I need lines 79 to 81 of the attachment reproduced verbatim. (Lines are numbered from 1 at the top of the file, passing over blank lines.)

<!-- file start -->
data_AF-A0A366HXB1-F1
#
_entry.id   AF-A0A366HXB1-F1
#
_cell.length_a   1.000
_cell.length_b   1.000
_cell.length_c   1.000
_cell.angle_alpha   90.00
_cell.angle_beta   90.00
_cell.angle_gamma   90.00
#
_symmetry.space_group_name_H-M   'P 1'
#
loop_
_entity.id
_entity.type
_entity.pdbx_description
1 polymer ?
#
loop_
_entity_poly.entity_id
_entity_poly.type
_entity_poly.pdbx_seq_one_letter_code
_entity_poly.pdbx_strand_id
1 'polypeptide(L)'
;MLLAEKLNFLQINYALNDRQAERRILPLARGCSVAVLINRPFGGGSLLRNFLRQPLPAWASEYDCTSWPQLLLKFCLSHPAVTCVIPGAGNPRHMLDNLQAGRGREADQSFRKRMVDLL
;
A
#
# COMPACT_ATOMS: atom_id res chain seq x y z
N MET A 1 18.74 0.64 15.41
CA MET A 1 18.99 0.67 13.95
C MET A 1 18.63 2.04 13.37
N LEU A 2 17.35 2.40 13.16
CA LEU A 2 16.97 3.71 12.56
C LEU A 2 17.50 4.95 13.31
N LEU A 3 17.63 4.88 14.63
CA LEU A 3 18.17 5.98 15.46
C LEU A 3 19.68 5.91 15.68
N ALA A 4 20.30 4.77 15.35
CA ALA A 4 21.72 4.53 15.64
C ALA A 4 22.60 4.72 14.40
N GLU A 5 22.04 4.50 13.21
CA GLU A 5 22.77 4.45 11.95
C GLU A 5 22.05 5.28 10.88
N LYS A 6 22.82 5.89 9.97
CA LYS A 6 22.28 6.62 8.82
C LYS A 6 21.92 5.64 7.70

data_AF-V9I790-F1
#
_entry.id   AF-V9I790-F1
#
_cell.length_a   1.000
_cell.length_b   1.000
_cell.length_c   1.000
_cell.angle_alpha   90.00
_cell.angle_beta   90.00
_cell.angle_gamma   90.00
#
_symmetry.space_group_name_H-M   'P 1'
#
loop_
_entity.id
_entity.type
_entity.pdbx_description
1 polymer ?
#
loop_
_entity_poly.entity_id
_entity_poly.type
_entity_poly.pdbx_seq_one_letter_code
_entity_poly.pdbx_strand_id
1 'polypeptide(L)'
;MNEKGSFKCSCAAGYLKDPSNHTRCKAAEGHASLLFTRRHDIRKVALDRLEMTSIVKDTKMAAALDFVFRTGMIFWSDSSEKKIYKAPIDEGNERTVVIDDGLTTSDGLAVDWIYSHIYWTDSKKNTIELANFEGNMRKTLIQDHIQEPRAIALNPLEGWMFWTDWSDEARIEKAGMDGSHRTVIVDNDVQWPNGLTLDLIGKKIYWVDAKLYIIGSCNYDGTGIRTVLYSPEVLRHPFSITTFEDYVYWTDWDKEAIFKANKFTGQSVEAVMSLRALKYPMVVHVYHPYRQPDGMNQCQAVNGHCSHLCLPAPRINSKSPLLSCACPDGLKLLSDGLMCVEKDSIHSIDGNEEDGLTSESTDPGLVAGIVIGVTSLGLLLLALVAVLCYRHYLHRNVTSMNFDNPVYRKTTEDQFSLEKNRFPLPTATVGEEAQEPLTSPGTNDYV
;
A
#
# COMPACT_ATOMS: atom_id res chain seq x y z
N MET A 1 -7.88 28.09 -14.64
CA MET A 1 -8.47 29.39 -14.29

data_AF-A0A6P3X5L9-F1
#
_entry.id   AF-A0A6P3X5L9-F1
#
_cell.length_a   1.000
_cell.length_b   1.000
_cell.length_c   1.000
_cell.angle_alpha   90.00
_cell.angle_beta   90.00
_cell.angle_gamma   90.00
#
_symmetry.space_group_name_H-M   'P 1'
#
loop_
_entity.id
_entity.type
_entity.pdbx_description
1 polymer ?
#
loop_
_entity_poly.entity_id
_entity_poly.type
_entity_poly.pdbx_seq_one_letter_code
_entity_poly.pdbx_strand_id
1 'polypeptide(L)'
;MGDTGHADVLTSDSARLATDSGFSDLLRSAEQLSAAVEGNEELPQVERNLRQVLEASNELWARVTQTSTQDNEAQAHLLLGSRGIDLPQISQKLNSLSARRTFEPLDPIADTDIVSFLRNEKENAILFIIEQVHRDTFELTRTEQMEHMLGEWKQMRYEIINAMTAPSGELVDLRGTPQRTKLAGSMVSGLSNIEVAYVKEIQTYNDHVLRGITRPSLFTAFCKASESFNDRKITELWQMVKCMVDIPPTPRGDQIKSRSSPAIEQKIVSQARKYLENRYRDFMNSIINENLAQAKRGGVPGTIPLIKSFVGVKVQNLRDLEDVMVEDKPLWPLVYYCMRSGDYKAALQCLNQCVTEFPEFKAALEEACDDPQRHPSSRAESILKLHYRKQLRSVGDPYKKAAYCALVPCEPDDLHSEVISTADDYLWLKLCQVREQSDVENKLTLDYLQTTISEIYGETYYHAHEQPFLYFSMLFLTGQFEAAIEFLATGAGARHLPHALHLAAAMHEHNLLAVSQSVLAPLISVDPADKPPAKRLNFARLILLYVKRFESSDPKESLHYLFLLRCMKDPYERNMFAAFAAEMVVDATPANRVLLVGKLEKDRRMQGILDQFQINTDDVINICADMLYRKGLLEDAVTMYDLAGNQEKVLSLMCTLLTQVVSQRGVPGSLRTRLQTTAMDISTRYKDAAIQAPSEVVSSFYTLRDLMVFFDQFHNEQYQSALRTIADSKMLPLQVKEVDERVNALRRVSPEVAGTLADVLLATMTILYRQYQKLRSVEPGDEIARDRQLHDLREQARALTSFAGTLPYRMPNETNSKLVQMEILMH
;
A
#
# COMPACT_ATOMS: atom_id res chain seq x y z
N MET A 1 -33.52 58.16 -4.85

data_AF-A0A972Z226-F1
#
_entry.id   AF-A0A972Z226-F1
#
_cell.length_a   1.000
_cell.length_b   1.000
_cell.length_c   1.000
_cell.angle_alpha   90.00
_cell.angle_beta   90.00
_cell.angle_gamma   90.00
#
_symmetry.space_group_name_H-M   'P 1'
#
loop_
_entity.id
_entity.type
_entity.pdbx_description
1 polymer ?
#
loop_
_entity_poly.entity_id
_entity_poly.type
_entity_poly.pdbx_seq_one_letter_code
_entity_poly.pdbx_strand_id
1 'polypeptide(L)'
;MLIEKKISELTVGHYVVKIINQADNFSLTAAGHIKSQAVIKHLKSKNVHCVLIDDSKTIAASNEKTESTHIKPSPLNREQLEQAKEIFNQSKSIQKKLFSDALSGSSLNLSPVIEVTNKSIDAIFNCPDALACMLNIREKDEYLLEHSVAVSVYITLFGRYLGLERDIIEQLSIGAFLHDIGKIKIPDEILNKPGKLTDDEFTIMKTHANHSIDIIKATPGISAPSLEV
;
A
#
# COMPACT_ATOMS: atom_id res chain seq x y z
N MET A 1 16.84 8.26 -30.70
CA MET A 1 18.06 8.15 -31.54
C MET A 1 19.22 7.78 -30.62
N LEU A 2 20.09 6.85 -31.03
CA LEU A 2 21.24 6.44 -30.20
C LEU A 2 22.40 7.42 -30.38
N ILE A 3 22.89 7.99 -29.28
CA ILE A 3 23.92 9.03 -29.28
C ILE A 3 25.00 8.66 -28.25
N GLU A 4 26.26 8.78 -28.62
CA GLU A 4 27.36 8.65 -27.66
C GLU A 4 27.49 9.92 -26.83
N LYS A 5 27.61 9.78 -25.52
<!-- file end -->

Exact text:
N MET A 1 -7.88 28.09 -14.64
CA MET A 1 -8.47 29.39 -14.29

data_AF-A0A6P3X5L9-F1